Alright, so the title is not exactly correct. There are much more minimalistic cook kits than the one I am going to show here. However, it is as minimal as I would want to go.
The reason I am writing this post is that when I discussed the weight reductions I had made to my cook kit earlier, people asked me why I didn’t just switch to an alcohol stove set up to save more weight. The answer is that I like to use the same set up year round, and an alcohol stove and cup just wouldn’t cut it when I had to melt snow for water during winter trips. That being said, I did actually make a kit based on an alcohol stove. It is something I would carry if I am traveling with very minimal gear. So, here it is:
The kit has a number of components, which all nest inside the cup.
The components and their weights are as follows:
|Backcountry Stoic Ti Kettle Cup||3.1 oz|
|Backcountry Stoic Ti Kettle Lid||0.6 oz|
|Backcountry Stoic Ti Kettle Stuff Sack||0.4 oz|
|Modified Brasslite Turbo I-D||1.4 oz|
|Pot Stand||0.7 oz|
|3 oz Fuel Bottle||0.5 oz|
|Aluminum Foil Windscreen||0.0 oz (does not register on scale)|
|Mountain House Empty Bag||0.4 oz|
|Total Weight||7.5 oz|
The first item of my kit is the cup-the Backcountry Stoic Ti Kettle. The Stoic Kettle is a 700 ml titanium cup. In the above table I have divided the weights of the different components, but they come together as a set-cup, lid, and stuff sack. I have been using the cup for a year now, by nesting my Nalgene bottle in it. I have been very happy with it, so when I was making the kit, there was no question in my mind that this is the cup I would use.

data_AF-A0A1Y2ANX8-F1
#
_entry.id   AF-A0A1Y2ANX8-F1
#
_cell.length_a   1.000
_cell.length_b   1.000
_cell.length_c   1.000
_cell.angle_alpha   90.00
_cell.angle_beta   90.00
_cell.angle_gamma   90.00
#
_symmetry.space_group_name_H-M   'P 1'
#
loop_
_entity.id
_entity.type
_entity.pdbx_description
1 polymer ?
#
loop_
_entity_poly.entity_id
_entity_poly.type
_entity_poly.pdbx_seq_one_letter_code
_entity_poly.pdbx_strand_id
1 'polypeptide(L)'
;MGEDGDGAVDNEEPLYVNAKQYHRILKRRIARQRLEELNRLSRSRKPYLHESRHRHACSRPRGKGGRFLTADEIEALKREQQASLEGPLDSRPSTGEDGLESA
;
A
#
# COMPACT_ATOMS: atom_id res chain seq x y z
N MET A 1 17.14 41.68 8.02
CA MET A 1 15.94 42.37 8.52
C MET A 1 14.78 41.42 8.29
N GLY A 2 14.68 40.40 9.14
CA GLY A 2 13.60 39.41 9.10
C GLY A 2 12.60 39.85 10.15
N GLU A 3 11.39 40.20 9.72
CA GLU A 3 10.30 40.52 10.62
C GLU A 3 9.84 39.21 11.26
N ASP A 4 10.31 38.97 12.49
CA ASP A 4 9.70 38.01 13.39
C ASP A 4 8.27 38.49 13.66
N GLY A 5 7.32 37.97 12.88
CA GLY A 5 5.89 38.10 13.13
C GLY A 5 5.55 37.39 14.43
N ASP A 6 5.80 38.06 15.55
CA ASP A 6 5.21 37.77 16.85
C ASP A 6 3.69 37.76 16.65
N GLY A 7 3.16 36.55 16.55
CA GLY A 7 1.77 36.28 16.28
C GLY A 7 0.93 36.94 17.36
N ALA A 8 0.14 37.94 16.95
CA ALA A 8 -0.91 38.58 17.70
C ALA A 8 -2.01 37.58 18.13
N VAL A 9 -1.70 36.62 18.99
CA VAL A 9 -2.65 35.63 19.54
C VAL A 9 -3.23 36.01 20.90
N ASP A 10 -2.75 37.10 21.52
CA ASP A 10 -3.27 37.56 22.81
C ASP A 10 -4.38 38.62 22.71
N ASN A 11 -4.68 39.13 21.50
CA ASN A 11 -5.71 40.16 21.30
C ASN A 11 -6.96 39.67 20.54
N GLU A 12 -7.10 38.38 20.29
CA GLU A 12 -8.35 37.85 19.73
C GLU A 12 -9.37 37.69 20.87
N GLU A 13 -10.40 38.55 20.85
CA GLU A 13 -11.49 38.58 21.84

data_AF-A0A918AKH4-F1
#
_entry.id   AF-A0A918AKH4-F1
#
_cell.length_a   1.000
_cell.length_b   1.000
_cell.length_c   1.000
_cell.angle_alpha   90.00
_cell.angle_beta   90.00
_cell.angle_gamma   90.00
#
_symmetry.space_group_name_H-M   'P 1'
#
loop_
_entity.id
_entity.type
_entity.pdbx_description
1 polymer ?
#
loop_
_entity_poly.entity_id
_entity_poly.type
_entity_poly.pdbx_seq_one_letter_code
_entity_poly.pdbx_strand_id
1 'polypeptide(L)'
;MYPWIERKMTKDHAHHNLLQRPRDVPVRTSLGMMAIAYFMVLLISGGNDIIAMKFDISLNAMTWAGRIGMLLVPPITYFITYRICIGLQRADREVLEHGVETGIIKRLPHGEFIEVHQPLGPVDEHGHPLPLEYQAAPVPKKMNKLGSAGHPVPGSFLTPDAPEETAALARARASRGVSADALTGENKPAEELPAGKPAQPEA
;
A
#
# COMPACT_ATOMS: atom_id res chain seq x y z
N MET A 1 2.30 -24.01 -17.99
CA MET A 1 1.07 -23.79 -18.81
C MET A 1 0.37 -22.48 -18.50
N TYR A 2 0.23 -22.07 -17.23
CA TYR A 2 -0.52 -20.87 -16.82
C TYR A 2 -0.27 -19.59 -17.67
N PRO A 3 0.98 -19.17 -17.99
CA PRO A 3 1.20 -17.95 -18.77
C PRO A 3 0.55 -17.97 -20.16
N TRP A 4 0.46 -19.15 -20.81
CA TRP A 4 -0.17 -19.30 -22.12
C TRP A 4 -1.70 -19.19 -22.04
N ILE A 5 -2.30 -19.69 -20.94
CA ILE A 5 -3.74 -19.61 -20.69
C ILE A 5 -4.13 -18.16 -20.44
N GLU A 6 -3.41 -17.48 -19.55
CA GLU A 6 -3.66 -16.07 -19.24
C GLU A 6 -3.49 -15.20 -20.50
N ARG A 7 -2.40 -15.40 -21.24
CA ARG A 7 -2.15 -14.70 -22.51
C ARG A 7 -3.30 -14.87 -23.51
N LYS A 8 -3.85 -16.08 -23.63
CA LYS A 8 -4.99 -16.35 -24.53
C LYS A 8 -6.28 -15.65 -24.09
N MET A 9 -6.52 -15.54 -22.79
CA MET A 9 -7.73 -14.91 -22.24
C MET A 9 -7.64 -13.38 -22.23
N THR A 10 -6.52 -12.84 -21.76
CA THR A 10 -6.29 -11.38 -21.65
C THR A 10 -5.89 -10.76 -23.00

The next component is the stove. There are many design out there, and many of them are lighter than the one I use here. The reason I settled on this modified version of the Brasslite Turbo I-D is that I spent quite a bit of time thinking about what stove I want to make. I decided that I would just make a miniature version of the Tuna Can Stove which has been my favorite alcohol stove. As I was shopping for parts however, I realized that the current Brasslite Turbo stoves use the exact same design. I decided to save myself the work and just get one. The reason I chose the I-D instead of the larger II-D is that I don’t expect to do any serious cooking with this set up. It is going to be a boil and mix affair. This model does the job well.
However, I never liked the integrated pot stand used by the Brasslite Turbo stoves. I removed it from mine, and I also removed the simmer ring. Like I mentioned above, I will be using it just to boil water, so a simmering function is not needed. I ended up making my own pot stand. I used three jumbo paperclips, which I bent into shape and held two of the ends with wire. That way the design can fold, but offers very good support.
The remaining components are an aluminum foil windscreen, a 3 oz fuel bottle, which gives me sufficient fuel for a weekend trip, and a Mountain House meal empty bag. The last item might seem strange, but I have found it very useful. A big part of boil and mix foods is that you need something in which to mix them. The Stoic cup is a bit too small for the task. What I do is boil the water in the cup, and then pour it into the Mountain House bag along with the food (mashed potatoes, instant rice, etc). The bag also serves as a cozy for the rehydration process. The bags are designed to retain enough heat to rehydrate the Mountain House meals. I find that to be more than enough to rehydrate the foods that I ordinarily cook.
This cook kit makes for a very compact, and relatively lightweight package. It is entirely self contained, and stores enough fuel for a weekend trip. I have contemplated switching to it a number of times, but the cold weather performance issues have kept me from doing so.